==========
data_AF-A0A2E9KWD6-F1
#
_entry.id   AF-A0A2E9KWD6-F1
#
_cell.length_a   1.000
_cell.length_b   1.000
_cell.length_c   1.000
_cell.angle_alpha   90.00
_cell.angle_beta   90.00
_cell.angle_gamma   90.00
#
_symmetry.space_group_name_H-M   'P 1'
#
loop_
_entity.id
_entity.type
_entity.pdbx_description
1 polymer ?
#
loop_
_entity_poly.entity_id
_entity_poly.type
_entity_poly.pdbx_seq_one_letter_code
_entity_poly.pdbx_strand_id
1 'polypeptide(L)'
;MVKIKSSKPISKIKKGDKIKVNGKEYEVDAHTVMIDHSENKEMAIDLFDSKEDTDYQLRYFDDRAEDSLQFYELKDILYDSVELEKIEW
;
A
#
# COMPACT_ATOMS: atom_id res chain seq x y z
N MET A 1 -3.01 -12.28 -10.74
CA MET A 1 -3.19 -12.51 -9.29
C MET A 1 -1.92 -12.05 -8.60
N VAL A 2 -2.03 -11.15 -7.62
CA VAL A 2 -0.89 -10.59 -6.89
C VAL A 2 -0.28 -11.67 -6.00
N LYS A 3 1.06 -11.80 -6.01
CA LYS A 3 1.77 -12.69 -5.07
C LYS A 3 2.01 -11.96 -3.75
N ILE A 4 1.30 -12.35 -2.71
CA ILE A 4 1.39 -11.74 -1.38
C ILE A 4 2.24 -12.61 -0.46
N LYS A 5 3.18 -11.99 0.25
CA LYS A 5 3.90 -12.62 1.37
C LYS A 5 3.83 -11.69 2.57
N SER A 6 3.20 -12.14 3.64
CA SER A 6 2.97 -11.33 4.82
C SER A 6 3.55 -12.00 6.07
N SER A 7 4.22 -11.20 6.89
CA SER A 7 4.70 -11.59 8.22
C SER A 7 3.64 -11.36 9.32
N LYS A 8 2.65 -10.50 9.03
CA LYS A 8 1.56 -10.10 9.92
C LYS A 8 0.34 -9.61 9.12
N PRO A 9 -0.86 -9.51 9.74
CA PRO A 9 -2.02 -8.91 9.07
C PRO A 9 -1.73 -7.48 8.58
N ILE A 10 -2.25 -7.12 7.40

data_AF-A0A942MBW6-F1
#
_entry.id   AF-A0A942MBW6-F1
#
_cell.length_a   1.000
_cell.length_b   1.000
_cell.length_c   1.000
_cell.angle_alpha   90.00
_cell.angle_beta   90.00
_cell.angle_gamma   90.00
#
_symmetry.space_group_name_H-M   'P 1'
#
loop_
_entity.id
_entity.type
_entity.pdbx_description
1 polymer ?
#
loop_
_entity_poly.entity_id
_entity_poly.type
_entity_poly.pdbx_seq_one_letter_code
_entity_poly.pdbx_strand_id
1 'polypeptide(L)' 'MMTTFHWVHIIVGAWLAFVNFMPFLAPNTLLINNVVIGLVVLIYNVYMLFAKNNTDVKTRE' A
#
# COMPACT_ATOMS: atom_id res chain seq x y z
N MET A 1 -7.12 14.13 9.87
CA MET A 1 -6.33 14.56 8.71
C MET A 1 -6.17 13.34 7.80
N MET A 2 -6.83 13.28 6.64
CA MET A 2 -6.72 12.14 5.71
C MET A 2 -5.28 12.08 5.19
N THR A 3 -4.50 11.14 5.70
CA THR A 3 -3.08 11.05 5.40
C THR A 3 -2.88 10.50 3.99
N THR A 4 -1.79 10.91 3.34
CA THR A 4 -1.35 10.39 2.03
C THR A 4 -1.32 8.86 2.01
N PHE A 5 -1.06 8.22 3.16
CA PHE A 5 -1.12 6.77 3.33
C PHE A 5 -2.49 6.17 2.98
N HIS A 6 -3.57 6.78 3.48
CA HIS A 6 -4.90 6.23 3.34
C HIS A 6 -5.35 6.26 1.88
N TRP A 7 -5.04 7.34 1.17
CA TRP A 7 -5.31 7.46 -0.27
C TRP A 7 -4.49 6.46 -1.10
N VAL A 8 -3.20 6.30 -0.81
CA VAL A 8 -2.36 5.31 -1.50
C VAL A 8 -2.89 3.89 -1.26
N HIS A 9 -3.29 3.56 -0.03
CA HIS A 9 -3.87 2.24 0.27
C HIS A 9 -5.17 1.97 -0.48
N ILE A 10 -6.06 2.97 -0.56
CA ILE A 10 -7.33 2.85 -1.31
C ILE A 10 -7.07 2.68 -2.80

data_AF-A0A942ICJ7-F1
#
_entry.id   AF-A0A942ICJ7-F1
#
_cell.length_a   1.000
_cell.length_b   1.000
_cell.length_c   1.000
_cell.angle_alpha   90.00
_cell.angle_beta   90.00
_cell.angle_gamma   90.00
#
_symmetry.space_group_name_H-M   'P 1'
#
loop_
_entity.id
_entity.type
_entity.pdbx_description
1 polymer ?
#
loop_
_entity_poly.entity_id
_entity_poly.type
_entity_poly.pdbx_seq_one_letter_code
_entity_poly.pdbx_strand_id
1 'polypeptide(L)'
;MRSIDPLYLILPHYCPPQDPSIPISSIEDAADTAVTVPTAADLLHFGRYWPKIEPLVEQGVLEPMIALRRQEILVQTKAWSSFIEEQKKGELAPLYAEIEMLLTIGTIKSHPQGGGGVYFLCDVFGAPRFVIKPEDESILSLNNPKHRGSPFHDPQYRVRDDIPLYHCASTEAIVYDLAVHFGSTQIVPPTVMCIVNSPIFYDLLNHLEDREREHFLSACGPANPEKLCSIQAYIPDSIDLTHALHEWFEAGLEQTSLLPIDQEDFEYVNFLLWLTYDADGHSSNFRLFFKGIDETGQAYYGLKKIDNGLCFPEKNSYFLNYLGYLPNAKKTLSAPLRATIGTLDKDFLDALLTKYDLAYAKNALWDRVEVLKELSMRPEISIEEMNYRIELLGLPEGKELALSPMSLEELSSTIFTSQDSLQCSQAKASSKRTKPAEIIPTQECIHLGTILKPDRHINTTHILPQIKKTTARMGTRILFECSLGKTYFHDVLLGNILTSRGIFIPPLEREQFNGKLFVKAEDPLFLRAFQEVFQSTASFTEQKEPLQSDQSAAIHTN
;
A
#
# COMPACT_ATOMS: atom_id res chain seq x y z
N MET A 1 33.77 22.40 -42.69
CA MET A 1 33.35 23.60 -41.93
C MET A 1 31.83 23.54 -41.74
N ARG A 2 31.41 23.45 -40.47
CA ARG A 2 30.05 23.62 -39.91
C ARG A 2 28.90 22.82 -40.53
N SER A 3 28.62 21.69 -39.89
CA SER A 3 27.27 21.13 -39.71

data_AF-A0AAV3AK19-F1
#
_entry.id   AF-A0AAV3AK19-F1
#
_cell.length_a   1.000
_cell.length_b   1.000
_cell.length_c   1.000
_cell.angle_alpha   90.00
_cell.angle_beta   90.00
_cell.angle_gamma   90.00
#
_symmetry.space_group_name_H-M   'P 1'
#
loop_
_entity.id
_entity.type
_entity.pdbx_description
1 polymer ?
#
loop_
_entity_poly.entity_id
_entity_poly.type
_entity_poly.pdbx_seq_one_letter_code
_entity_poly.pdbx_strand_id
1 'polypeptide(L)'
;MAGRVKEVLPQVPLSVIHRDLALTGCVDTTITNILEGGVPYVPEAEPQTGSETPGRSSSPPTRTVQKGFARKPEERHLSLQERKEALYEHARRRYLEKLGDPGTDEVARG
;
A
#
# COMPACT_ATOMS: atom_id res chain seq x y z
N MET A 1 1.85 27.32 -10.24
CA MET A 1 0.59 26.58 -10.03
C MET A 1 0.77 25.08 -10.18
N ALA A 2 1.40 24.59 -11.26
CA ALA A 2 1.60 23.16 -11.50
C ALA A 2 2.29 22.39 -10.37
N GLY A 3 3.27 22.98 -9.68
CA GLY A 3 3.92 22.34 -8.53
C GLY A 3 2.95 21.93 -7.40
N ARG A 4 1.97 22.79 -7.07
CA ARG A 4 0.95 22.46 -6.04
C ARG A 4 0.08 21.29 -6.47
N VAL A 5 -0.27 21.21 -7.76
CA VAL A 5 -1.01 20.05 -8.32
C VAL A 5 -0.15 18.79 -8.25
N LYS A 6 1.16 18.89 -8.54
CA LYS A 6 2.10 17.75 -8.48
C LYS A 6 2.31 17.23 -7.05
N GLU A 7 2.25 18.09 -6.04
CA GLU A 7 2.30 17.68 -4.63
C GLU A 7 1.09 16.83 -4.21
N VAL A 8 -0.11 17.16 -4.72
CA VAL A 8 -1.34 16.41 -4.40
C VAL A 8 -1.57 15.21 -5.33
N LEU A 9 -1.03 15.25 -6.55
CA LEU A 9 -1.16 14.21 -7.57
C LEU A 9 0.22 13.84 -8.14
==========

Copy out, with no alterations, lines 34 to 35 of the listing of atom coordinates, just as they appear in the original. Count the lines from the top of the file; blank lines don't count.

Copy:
N VAL A 2 -2.03 -11.15 -7.62
CA VAL A 2 -0.89 -10.59 -6.89